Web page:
Max out your memory
Apple has frequently sold Macs with less RAM than they need to comfortably run Mac OS X along with a number of apps. MacBooks were a perfect example: 1GB of memory was barely adequate to run Leopard or Snow Leopard, and Mountain Lion requires a minimum of 2GB of RAM. Time to add some more!
Adding memory to your Mac is probably the single best way to increase its performance. A 64-bit architecture has been available since Leopard and is now mandatory with Mountain Lion. This means you are no longer restricted to 4GB of physical memory per application (2GB in practical terms for many apps) as was the case with the previous 32-bit OS. For example, Adobe Photoshop is now a native 64-bit application that absolutely flies with lots of RAM.
Installing RAM into most Macs is pretty straightforward. Make sure you buy from a reputable source where you can ensure you get the right RAM for your Mac.
It’s also worth checking that your RAM is functioning correctly. Use MemTest (free, open source), a command line tool, either in single user mode (type ‘memtest all’) or via the Rember front-end.
Rember is a convenient front end for MemTest
Faster, bigger, cheaper
There used to be a time when the cost of a bigger hard drive was prohibitive. Not any more. A bare 2TB 3.5” SATA disk for a Mac Pro (which can accommodate four disks) will set you back around £60.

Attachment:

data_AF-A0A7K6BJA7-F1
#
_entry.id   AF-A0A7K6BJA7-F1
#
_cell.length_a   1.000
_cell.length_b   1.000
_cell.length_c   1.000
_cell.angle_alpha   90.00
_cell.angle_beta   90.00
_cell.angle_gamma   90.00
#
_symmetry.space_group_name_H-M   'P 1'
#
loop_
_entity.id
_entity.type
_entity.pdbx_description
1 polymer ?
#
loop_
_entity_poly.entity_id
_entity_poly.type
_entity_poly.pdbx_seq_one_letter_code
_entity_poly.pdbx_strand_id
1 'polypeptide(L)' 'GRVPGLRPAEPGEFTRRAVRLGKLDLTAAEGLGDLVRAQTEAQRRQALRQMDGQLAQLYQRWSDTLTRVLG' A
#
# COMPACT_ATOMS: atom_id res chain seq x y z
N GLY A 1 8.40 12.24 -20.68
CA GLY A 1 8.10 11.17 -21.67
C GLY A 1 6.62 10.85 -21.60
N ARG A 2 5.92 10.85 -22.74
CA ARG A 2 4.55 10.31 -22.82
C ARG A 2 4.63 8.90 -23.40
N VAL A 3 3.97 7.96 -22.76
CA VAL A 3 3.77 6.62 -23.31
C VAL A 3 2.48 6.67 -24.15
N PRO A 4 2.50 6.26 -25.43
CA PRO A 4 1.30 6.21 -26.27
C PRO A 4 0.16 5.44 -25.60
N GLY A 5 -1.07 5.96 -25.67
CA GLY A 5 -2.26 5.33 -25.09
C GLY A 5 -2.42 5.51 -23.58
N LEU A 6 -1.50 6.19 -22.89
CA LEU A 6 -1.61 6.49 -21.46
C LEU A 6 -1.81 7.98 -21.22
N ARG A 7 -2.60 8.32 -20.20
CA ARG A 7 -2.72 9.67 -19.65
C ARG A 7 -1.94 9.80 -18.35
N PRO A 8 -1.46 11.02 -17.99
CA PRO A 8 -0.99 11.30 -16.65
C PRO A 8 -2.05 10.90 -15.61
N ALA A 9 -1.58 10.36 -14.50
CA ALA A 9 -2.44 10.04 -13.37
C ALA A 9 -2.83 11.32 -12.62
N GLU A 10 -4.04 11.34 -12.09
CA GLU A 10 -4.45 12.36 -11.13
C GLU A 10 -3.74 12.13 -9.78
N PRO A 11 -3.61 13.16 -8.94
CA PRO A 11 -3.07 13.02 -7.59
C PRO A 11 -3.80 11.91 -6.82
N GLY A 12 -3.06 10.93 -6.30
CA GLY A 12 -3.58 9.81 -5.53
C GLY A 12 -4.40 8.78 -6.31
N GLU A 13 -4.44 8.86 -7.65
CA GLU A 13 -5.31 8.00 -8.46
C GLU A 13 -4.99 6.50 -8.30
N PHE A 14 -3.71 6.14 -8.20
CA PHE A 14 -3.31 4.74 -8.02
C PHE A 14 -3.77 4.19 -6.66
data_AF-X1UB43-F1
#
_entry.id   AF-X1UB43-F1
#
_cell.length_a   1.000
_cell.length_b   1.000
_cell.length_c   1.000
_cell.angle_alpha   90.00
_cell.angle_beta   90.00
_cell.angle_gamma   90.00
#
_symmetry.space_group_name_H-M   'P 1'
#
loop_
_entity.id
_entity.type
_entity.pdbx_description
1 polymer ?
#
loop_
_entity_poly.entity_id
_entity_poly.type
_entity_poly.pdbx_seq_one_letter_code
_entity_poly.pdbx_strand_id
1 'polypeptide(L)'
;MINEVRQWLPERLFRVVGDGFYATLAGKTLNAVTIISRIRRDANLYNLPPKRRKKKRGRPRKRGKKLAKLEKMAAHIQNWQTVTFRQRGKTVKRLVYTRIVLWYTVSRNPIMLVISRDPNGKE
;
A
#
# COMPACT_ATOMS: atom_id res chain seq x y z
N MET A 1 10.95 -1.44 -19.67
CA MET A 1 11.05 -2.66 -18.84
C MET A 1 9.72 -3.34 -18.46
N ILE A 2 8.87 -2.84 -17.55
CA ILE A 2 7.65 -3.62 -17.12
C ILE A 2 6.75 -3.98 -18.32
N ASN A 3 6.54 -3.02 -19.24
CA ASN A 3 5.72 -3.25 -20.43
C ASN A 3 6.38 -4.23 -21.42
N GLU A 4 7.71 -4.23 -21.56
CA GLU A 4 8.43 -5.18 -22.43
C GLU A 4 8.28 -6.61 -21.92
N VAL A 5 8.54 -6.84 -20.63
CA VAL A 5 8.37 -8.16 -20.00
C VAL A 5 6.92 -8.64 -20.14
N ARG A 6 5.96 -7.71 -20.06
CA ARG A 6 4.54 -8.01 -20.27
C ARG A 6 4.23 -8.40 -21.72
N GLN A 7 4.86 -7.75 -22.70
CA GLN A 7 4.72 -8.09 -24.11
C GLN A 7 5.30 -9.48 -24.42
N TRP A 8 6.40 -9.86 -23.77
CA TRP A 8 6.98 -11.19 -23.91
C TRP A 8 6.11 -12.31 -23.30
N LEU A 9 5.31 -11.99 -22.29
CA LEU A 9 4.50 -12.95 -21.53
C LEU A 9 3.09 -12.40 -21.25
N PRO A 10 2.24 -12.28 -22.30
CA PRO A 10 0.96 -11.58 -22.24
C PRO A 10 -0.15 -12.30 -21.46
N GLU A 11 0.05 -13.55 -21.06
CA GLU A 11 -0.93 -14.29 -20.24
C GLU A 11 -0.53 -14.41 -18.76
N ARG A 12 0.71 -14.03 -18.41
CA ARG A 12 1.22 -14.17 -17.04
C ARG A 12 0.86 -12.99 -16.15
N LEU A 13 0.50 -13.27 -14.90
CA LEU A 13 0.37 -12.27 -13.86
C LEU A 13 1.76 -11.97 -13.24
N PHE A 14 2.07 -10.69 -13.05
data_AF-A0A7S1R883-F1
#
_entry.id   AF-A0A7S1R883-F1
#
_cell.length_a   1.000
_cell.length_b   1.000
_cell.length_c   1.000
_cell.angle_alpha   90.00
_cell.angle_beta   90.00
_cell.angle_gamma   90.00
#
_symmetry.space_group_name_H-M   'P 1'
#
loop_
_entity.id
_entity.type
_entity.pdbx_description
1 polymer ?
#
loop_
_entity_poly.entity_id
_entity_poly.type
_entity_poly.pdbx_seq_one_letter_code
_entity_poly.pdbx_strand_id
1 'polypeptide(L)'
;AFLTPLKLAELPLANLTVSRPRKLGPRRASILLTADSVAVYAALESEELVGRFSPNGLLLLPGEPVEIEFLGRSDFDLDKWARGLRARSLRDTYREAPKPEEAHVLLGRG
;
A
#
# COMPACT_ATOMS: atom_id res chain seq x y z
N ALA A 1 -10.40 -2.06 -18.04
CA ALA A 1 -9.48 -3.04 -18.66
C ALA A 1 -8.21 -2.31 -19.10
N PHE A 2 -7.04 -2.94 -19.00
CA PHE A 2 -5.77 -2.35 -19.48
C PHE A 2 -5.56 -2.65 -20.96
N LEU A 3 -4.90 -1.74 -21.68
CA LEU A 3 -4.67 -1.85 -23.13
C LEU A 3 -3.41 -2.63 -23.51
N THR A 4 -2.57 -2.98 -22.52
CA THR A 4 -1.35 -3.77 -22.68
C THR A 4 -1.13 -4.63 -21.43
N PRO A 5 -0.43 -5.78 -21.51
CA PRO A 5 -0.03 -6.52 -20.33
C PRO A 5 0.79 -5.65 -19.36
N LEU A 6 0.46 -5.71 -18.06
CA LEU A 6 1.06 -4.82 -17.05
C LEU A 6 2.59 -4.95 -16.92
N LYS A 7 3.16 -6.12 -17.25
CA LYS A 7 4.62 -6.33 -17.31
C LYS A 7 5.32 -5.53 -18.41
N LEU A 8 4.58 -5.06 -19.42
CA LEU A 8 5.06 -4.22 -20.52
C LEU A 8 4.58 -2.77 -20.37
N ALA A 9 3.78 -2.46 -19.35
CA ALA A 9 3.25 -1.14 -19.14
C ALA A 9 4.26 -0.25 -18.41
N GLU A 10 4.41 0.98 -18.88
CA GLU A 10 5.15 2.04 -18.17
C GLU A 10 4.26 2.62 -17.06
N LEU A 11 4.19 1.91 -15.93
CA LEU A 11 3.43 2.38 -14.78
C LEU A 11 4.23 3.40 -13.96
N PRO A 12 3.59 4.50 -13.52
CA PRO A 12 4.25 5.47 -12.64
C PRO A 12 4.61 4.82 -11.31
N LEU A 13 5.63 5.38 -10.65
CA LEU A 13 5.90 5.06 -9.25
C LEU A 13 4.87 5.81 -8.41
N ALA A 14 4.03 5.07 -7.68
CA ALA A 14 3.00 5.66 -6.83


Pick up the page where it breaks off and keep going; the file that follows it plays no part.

The real performance enhancer is an SSD (solid state device). When consumer SSDs first appeared in 2009, the advantages were substantial for MacBooks including increased disk capacity, up to 50 percent less power requirement and no moving parts so far more durable. While the same advantages existed for MacBook Pros, the reduction in hard drive capacity was an issue for some. Three years later, capacities are up to 512GB and costs have plummeted. Crucial offers a number of 128GB laptop kits for less than £80 and 256GB kits for less than £150.
What about Mac Pros? Apple does a dedicated 512GB SSD kit for Mac Pros (typical price: around £600); third party offerings are appreciably cheaper. Such an upgrade for a Mac Pro produces astonishing performance but if it’s out of your price range, consider a faster drive. Install a 10,000rpm disk and use it for recording digital audio, video and as a Photoshop scratch disk.
Low powered, no moving parts and high capacity – upgrade with an SSD
Add more ports
Older Power Macs and even more modern Mac Pros seem to have an endless supply of USB and FireWire ports but a peek under the hood reveals the problem here: they each use a single bus. It’s not just a matter of adding a hub if you run out of ports – that will exacerbate the bandwidth issue which can exhibit itself as data loss in one form or another. This is particularly true of recording studios with a number of FireWire input/output and dsp-based devices. And anyone using a USB hub is almost guaranteed to take a performance hit depending on the devices attached.
The solution? Add a card (PCI for older Macs, PCIe for newer ones) for additional ports. As this provides a signal path that bypasses the Mac’s own bus, the performance will improve dramatically. Sonnet Technologies offers a range of compatible cards for FireWire 400/800, USB 2/3, eSATA and Thunderbolt. USB 3 is particularly interesting, offering a potential 5Gbps as opposed to the 480Mbps for USB 2.
Older MacBook Pros with an ExpressCard slot or PowerBook G4s with a PCMCIA slot can also benefit in this way from Sonnet’s various offerings.